When comparing CBD and TRIPS, one is obviously comparing two very different agreements, which deal with very different issues and have a different focus. Yet, for a better understanding, the following essential and simple distinctions between them can be pointed out:
• Countries need to enact their own legislation in order to make either of these agreements operational at the national level, but in case of TRIPS, the process tends to be driven by large -often multinational- corporations and by pressure from certain developed countries, while the initiative to develop legislation for implementing the CBD usually arises from national concerns and interests;
• There is a powerful international mechanism to ensure that countries comply with their obligations under TRIPS; a comparable enforcement mechanism does not exist with regard to obligations under the CBD;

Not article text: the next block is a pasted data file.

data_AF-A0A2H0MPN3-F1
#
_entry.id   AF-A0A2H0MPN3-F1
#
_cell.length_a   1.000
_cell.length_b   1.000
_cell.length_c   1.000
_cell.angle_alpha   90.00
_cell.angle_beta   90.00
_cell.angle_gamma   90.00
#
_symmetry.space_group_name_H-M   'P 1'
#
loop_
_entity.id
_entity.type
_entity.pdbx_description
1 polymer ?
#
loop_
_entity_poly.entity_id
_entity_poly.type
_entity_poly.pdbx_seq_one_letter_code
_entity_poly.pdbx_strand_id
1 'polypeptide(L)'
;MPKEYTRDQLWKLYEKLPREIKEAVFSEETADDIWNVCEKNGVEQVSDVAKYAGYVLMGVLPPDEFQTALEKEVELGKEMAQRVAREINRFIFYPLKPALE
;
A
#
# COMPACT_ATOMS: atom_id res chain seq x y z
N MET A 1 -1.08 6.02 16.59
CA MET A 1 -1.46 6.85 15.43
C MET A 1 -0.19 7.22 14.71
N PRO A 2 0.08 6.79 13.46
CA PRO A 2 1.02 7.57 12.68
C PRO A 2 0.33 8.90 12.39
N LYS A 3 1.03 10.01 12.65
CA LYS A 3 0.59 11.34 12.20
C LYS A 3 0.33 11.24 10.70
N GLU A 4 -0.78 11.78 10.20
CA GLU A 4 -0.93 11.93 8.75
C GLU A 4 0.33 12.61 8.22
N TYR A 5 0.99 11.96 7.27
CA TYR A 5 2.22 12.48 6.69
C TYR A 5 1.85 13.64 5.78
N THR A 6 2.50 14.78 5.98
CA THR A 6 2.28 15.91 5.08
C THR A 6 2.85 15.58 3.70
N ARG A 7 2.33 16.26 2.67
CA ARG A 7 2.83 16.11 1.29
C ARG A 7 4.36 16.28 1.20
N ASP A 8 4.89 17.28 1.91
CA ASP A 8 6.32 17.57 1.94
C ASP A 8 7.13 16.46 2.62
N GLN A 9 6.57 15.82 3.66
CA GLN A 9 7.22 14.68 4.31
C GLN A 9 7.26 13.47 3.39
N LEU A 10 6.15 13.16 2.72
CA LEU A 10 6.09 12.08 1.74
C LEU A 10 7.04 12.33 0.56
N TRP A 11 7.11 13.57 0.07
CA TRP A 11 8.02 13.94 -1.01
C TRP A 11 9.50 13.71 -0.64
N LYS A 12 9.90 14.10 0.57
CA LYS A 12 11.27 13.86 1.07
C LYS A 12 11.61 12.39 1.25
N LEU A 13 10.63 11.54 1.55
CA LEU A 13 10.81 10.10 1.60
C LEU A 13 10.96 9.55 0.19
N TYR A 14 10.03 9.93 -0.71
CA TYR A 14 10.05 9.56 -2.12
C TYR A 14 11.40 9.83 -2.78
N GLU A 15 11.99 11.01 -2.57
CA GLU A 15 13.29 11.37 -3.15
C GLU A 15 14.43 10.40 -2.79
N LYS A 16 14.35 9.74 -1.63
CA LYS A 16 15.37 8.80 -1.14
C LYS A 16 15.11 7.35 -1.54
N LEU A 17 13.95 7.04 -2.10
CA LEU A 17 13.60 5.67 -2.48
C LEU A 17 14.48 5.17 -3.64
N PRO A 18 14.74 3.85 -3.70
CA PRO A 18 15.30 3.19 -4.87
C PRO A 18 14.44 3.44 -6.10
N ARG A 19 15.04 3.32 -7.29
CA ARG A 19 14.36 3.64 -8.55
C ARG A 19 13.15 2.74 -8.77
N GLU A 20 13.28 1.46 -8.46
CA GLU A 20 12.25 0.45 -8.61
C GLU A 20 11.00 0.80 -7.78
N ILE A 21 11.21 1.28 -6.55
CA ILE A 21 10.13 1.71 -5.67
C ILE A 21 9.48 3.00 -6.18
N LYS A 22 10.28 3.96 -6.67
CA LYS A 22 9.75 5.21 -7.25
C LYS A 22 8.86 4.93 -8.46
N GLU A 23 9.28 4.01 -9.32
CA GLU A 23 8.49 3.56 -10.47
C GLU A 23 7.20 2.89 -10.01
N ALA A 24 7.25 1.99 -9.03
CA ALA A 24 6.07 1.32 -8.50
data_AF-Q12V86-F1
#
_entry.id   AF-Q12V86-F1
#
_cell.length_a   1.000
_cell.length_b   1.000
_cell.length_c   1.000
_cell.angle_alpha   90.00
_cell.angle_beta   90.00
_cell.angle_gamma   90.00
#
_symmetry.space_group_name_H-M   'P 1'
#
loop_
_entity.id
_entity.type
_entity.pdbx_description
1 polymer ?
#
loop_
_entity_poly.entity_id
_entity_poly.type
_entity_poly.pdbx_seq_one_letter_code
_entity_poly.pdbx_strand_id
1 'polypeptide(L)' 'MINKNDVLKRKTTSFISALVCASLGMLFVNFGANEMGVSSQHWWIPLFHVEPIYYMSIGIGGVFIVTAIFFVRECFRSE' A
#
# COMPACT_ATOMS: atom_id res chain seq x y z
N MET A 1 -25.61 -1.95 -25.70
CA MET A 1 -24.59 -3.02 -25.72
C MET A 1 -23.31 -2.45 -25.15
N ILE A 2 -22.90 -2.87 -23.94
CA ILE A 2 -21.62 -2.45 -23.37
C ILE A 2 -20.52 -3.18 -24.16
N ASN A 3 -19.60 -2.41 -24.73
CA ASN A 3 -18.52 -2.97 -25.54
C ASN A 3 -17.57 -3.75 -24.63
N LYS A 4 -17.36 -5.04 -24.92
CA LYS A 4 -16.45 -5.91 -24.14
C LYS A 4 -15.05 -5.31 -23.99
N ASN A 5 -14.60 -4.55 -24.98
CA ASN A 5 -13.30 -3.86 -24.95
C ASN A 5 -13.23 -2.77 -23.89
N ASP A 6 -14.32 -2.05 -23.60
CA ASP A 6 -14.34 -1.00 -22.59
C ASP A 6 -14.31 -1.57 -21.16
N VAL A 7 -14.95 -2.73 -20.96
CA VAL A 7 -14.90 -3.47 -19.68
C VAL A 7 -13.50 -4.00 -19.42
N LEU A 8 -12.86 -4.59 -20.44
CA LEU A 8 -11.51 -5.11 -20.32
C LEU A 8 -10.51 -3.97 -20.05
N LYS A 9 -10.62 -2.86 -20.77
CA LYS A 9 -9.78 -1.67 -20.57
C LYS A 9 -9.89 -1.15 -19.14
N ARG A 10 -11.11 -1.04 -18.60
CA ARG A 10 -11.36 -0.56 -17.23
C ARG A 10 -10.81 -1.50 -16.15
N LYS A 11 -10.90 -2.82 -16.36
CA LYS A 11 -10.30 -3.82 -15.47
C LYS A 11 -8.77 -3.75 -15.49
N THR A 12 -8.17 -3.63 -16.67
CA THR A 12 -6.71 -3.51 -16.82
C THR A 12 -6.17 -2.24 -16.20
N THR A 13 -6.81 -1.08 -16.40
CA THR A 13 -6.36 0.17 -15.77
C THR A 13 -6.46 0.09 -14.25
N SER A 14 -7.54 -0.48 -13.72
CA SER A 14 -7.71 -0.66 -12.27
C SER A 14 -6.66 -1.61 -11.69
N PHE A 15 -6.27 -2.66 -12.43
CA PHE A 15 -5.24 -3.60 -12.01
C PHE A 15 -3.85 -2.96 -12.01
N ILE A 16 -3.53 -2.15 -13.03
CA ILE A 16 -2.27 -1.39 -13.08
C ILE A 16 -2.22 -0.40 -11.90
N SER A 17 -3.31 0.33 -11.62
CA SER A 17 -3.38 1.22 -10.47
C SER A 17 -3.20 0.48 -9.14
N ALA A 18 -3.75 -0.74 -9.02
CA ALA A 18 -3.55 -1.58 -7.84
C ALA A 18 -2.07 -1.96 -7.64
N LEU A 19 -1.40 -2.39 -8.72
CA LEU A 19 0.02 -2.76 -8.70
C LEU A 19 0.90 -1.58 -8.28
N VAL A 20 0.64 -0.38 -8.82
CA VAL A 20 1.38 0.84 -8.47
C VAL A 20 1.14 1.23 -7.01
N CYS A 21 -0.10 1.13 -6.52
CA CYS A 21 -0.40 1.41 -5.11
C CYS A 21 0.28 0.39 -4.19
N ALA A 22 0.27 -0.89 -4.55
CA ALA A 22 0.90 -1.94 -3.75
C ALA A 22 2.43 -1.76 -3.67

• The CBD mainly deals with public rights, many of which are not well-defined; in fact, their articulation is largely left to the State - thus rights may differ considerably among countries. TRIPS on the other hand deals with well-defined private rights;
• TRIPS provides fairly precise (minimum) standards, whereas the CBD only lays down general principles and broad guidelines.
However, while a discussion on differences and potential conflicts between the two agreements may sharpen the understanding of these treaties, most countries -including most developing countries- have ratified both. Thus, they will have to develop appropriate national policies and laws to implement their commitments under both these treaties in the way that best suits the national interest.